Changing perception has been the hardest thing. When House Of Holland went from selling £50 T-shirts to a full collection that also included heritage wool coats for £1,000 that didn’t involve a ‘nudge, nudge, wink, wink #lol image’, it was tough. ‘But it was motivating,’ he says, ‘And if someone says I can’t do it then I will just keep bashing away until I can.’ It worked. He is passionate that his teenage fan base can still buy into the T-shirts and also the licensed product, such as clever collaborations with Pretty Polly hosiery or Elegant Touch nails, while twenty- and thirtysomethings ‘with a playful attitude and a strong sense of individuality’ buy the ready to wear. Talking to fashion buyers, they love its humour, broad appeal and its still-accessible price points. ‘It has a true point of difference, a voice and identity,’ enthuses Ben Matthews, buying director at Net-a-Porter. ‘One minute it comprises cute bell skirts that someone with a more refined sense of style opts for, the next it features a bold jacket emblazoned with Giddy-up on the back. There is so much love for this brand and on an emotional level people love Henry and want to support him. The fact he delivers a knockout collection every season is a bonus.’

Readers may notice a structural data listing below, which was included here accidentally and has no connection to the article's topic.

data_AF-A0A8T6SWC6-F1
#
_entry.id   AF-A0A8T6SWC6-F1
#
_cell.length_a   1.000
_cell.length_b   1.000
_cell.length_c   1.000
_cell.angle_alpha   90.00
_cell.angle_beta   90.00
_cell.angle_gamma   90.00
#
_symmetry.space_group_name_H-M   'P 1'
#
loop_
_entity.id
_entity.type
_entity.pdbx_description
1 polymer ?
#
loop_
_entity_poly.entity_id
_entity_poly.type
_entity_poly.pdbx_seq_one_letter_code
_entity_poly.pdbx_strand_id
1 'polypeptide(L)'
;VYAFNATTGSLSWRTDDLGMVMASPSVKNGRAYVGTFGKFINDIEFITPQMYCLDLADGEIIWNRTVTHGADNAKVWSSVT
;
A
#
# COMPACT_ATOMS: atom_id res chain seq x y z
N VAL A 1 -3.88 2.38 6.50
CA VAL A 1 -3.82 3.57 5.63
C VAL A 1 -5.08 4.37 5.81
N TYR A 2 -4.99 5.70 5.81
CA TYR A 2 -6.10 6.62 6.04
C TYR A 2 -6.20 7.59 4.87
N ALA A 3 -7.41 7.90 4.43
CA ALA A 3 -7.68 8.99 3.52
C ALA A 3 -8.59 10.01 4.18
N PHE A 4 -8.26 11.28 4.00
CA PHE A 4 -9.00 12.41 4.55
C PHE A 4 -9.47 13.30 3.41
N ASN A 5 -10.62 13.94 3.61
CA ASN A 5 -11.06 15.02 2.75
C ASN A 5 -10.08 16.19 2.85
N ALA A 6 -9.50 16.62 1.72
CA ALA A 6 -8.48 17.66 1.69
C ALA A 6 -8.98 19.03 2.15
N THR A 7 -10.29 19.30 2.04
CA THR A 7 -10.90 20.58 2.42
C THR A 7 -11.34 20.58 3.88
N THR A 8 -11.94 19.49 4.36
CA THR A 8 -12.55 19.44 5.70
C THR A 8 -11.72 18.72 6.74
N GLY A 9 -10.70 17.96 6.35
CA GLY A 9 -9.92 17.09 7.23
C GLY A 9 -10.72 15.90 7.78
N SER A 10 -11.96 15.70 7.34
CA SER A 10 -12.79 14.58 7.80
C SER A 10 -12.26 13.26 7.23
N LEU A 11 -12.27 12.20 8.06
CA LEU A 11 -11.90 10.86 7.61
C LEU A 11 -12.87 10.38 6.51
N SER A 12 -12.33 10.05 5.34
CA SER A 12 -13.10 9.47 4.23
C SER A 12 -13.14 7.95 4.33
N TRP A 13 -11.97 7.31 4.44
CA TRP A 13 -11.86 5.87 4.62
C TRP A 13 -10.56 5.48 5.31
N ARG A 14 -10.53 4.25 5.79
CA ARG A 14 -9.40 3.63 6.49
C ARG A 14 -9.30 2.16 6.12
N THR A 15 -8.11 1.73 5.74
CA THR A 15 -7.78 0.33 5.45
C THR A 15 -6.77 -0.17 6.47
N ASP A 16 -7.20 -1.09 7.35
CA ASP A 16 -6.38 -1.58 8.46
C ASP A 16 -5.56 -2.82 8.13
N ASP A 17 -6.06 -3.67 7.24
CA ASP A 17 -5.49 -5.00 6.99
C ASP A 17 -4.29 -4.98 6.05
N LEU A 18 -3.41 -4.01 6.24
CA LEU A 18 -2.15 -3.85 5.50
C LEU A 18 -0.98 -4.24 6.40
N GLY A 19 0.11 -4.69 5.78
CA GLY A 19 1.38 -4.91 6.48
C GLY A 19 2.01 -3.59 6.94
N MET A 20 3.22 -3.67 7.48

The other challenge to override, believe it or not, is the very thing that has done wonders for his brand: being friends with all those, for want of a better word, It girls. The fashion industry is particularly sceptical of such liaisons. ‘I’m not complaining, but it’s true that it further enforced their opinions that I was just some fame-hungry party boy who wasn’t actually working. That changing of perception is still something that we will never do with some people.’ For the record, they are genuine longtime friendships, since before any of them became ‘famous’: he met Alexa when she was a model, assisting her then-boyfriend David Titlow, who photographed covers for Smash Hits. And he’s known Pixie since they appeared together on the tween show It’s A Girl Thing, in which Henry was the resident fashion expert. ‘Actually I met him when I was 14: we were decorating an Ugg boot, which I still have,’ remarks Pixie, adding, ‘What makes House of Holland special for me is how authentic it is – to his personality and his life and his world. It’s real, and relatable. Henry’s very smart, a brilliant designer and businessman. He knows who he’s selling to, those women and what they want and how he wants them to feel when they wear his clothes.’